Martz discusses legislative package - Montana governor plans to cut taxes to stimulate economy

By BOB ANEZ Associated Press Writer
The Missoulian


HELENA, MT- Gov. Judy Martz on Tuesday unveiled her legislative proposals to overhaul part of Montana's tax system, spur economic growth and help schools in the face of a state money shortage.

The package contained no surprises. The tax plan mirrors that recommended by advisory councils Martz appointed earlier this year and provisions she said weeks ago she favors.

Most of the education measures were made public when the governor's budget was released nearly a month ago. Lt. Gov. Karl Ohs said the proposals will not mean additional money for schools, but rather will result in smaller decreases in state funding than would otherwise occur.

The economic development initiatives deal with familiar issues such as making money more available to small businesses and doing more to train workers.

Martz said her tax plan, which includes creation of a sales tax that attempts to target goods and services used mostly by tourists, is not a tax increase because it doesn't mean a net growth in state revenue.

The tax, expected to raise $67 million a year, would offset the effects of an income tax reduction averaging 10 percent.

Martz reiterated her dislike for any legislative proposals for raising taxes as a way of helping erase the projected $240 million budget deficit.

"In good conscience, when you already pay 30 taxes and over 200 fees, how do you continue to tax people who can't afford to live in the state already?" she said.

However, Martz also repeated that she would not absolutely rule out approving a tax increase and would look at whatever lawmakers send to her desk.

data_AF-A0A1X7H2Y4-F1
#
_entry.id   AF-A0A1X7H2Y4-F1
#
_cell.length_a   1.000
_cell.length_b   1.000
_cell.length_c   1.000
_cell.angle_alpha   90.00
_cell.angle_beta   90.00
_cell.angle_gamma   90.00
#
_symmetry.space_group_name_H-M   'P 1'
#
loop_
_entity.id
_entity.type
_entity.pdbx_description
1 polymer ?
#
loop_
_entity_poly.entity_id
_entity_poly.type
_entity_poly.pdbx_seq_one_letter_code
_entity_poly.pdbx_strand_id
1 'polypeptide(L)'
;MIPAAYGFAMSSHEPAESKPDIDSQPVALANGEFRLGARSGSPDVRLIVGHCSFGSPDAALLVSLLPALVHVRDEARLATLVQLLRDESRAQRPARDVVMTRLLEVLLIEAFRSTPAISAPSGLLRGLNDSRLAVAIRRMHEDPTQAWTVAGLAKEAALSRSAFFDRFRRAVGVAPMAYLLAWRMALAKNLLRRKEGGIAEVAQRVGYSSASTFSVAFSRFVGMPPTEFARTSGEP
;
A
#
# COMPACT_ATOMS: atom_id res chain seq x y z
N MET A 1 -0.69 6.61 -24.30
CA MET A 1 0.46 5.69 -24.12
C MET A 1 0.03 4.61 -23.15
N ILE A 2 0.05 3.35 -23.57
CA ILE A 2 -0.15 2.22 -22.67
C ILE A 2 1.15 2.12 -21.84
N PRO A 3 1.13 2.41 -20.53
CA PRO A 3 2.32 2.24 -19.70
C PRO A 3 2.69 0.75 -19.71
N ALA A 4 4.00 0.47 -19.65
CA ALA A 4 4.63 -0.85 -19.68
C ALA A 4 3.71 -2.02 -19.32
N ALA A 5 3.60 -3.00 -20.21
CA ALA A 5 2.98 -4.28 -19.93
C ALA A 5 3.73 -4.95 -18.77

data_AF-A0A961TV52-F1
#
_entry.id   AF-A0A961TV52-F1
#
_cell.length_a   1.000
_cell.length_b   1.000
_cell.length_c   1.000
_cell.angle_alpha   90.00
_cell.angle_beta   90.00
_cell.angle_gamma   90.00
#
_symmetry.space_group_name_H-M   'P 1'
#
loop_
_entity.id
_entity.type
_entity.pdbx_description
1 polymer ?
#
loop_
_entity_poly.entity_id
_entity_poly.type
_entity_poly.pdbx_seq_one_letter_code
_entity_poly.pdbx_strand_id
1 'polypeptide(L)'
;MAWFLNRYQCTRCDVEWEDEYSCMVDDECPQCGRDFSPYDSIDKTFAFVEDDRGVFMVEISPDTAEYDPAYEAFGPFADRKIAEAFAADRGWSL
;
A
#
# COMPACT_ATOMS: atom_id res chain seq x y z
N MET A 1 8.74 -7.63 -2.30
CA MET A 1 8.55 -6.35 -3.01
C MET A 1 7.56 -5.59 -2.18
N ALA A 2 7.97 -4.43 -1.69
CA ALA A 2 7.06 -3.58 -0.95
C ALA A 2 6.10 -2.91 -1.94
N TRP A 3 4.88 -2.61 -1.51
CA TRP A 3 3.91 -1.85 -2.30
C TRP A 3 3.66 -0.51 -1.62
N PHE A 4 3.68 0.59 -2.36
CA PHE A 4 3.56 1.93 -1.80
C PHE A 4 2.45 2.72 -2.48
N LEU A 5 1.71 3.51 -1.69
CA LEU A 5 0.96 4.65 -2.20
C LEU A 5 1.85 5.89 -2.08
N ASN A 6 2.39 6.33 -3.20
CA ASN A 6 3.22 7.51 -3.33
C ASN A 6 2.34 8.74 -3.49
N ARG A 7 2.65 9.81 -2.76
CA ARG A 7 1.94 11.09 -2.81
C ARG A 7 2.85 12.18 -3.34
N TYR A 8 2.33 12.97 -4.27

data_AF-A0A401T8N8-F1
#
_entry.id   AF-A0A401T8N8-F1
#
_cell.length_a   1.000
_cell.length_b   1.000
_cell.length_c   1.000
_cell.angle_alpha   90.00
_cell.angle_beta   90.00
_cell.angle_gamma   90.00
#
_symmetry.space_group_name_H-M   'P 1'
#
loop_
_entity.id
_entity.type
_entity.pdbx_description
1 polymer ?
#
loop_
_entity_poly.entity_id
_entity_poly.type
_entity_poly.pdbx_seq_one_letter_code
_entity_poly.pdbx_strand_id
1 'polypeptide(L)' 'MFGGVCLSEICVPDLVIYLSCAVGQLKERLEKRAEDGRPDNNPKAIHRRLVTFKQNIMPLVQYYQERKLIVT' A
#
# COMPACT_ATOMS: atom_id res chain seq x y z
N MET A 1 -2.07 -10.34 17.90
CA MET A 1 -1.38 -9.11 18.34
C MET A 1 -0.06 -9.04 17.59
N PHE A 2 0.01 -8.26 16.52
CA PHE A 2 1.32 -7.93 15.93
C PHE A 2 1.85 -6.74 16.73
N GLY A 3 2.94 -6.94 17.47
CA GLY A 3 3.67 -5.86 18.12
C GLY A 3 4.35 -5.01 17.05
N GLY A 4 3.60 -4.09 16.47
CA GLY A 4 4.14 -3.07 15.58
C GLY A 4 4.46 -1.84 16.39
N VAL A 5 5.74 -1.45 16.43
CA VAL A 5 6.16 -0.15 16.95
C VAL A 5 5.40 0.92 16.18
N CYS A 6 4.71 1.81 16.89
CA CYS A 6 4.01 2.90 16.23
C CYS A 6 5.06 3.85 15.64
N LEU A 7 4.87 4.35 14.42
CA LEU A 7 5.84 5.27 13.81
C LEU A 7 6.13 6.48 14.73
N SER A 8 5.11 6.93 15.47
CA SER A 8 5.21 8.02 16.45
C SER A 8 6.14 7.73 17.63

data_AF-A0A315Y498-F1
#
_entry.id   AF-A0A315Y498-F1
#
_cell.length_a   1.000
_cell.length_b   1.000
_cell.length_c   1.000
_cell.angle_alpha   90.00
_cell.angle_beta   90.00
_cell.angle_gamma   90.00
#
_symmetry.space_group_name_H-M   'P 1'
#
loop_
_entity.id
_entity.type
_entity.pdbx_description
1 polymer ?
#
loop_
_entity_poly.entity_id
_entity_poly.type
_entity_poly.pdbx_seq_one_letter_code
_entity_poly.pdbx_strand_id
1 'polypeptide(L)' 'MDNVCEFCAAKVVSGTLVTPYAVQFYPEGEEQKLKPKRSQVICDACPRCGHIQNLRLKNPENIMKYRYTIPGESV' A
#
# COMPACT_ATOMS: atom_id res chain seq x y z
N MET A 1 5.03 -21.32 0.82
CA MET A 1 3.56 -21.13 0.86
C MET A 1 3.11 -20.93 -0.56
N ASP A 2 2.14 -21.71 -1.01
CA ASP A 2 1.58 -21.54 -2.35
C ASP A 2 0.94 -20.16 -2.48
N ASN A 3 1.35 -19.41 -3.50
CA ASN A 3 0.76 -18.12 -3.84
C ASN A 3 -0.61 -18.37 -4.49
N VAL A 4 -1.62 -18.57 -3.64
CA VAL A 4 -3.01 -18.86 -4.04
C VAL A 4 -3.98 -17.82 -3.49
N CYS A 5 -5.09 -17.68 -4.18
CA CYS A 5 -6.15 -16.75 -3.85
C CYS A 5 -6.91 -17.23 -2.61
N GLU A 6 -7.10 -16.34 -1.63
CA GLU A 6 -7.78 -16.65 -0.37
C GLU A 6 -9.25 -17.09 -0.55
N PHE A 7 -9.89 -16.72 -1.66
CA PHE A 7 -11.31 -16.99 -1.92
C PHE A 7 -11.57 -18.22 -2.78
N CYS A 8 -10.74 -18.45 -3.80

Martz said she made economic development, tax changes and education the top priorities when she ran for governor in 2000, and that her wish list for lawmakers reflects those issues.

"No one can say we haven't stayed the course," she said.

Martz said the plan for remodeling some Montana taxes is an important part of her efforts to improve the economy.

"Our plan is about more than change," she said. "It's about restoring hope. It's about keeping our kids and grandkids here. It's about good-paying Montana jobs and a better future for Montana families."

When asked about many legislators panning her plan for cutting taxes in these days of deficit, Martz said, "I think they're not listening to their constituencies."

Most Montanans want changes in the tax system and lawmakers should not dismiss her ideas out of hand, she said.

In addition to the income tax cut, the administration wants to trim the tax rate on capital gains, which is money made from the sale of property or investments.

Kurt Alme, Revenue Department director, said only about 10,187 of the state's 384,220 taxpayers, or about 2.6 percent, would see a tax increase under the income and capital gains tax changes. The tax savings will average $164 and all income levels would save, he said.

Alme estimates Montanans would pay about 56 percent of the proposed sales tax, but said having the remainder paid by tourists would help shift some of the tax burden to nonresidents. The typical resident would pay $95 in sales taxes annually on such things as restaurant meals, rental cars and recreation fees.

The net effect of the entire tax plan would be an average tax reduction of $69 each year, Alme said.

The economic proposals would:

Allow the Board of Investments to buy loans made to businesses by local development organizations. The move would provide the groups with more cash to make more business loans.

Continue a collection of economic development programs, set to end in 2005, for another five years to give them more time to work. The extension would cost about $4.7 million and be financed through spending cuts elsewhere.

Dedicate income taxes collected from newly created jobs to pay for worker training programs in certain industries such as manufacturing.

Allow creation of regional groups to promote local development projects.

The recommendations for education would:

Provide money to help new teachers pay off college loans if they take jobs for at least four years in areas - both geographic and academic - where teacher shortages are worst.

Allow schools to give teachers more days for professional development without extending the school year, by lengthening class days.

Softening the effect of dropping enrollments on state funding by basing aid on the average student attendance over three years.


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